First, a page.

Perry, A.F. 2012. Sustainable and informal : a case study in the shadows of housing policy in Masiphumelele, Cape Town, South Africa. Indilinga African Journal of Indigenous Knowledge Systems: African Indigenous Knowledge Systems. Volume 11, issue 1, 114-127.
The article reflects on how South African housing policy explores alternatives in low-income housing through a pilot project carried out at Site Five or Masiphumelele, Cape Town. The potential of the project to speak of ‘sustainable’ solutions in housing may have been undermined in its goal to showcase an alternative in low-income housing because it pushed the envelope by building beyond building codes. By tracing the building process and the ethnographic fieldwork of the author, building practices reveal that in South Africa there are distinct categories between formal and informal ways to construct houses. During construction, the use of earth, a locally sourced material and typically a rural methodology, challenged regional building codes, but was viewed as acceptable by local residents, architects, engineers, and foreign volunteers who participated to build a more sustainable alternative in low-income housing.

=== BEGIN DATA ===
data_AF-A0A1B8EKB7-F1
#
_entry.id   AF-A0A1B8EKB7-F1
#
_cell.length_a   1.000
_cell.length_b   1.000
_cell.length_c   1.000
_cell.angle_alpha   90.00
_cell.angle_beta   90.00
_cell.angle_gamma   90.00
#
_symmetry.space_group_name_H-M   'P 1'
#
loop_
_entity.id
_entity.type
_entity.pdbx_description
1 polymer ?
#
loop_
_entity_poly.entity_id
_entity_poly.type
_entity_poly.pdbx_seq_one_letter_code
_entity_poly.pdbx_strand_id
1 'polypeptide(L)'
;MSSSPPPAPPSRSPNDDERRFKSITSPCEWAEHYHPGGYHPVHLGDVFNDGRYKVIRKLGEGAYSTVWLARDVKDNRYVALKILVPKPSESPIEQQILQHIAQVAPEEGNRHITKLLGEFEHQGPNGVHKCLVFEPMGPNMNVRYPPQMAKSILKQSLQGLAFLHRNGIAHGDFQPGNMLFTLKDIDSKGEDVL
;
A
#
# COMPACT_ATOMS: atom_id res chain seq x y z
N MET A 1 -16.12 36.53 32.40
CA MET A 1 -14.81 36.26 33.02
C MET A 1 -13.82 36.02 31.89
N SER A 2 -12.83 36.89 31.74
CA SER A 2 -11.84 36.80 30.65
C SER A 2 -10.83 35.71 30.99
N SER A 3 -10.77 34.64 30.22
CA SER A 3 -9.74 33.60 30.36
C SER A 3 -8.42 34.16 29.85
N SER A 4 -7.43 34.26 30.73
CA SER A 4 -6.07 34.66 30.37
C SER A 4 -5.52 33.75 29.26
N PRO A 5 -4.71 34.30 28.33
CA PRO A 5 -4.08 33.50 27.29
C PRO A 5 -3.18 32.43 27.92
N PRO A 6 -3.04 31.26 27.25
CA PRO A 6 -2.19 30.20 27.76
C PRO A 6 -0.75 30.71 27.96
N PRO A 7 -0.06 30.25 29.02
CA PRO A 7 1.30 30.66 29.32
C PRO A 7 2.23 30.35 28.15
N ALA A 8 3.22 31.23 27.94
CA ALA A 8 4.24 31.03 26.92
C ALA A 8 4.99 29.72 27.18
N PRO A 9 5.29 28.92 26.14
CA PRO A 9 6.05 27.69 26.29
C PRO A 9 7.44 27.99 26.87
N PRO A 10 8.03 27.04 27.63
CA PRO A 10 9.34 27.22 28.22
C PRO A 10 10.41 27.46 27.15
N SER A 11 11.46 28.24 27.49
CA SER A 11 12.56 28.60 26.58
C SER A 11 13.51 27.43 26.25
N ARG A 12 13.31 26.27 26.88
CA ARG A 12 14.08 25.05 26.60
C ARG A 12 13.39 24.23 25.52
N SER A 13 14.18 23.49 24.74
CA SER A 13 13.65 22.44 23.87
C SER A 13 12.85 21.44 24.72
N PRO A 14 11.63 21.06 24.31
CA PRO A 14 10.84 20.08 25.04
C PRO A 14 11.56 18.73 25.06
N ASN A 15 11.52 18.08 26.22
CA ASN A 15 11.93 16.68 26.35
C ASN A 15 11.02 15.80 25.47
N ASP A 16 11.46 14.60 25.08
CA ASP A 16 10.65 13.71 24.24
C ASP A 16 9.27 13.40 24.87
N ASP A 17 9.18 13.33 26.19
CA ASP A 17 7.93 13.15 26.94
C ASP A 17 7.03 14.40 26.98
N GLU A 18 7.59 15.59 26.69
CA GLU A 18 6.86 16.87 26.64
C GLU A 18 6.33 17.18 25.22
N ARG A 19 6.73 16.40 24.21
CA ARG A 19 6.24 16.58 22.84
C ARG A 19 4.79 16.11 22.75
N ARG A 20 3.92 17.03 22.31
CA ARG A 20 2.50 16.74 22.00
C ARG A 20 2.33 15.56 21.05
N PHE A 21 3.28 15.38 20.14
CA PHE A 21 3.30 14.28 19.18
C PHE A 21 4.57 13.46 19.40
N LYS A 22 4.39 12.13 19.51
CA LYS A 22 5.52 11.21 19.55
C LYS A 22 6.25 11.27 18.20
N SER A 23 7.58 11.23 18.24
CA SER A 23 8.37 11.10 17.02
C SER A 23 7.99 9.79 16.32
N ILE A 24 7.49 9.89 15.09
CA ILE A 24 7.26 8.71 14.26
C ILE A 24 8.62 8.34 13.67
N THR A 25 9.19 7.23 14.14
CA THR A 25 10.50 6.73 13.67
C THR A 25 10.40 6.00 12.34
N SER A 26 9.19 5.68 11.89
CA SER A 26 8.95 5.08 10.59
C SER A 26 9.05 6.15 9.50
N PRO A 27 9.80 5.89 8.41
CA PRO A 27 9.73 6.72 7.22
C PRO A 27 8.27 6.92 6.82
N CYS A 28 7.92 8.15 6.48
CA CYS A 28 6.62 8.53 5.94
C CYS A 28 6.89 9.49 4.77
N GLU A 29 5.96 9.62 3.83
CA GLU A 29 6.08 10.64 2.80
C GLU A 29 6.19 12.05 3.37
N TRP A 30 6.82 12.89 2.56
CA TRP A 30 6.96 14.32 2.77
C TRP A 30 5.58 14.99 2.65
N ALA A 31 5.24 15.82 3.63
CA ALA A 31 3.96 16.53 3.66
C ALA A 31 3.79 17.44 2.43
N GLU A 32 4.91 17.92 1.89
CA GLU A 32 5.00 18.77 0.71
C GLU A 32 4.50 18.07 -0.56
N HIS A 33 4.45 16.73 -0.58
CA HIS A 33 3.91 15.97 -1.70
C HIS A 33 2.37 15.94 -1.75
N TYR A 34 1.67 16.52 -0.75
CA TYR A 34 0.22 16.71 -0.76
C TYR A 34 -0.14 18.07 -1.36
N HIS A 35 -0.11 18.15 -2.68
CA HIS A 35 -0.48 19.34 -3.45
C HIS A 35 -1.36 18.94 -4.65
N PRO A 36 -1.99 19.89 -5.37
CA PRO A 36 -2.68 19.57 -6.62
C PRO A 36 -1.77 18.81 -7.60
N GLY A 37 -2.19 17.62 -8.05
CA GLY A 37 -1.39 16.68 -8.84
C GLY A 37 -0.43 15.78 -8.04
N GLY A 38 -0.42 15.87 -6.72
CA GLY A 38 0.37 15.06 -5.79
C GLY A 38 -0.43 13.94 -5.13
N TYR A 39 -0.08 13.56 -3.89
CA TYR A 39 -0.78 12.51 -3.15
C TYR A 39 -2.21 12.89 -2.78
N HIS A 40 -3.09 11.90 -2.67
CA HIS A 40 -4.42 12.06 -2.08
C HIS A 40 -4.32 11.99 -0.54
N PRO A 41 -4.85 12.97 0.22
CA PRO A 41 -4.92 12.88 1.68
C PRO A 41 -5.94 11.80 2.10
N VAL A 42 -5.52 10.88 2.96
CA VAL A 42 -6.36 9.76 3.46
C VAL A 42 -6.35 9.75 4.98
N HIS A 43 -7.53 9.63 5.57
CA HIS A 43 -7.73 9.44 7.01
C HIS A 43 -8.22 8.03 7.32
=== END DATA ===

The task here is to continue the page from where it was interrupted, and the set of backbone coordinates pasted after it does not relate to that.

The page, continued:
The article therefore traces the process of building an urban (township) house with more or less indigenous materials. The interest of the project is reflected by the manner in which local residents accepted an alternative housing product once it matched a ‘modern’ aesthetic. The case study therefore reflects on debates attempting to conceptualize what formal versus informal means, in terms of constructing houses but also as it relates to debates meant to refine South African housing policy. The success of the project was defined when innovation met local response and new knowledge was generated through discussions defining appropriate technology. Notions of ‘modern’ and ‘traditional’ and the synergy between these ideas are also explored because of the heightened ramifications, challenges and lessons learned when building outside of prescribed rules. Ultimately, the building process challenged local residents, and others interested in the project, to confront and redefine their ideas about vernacular architecture, in turn, stimulating debate about what constitutes low-income and appropriate housing in South Africa.
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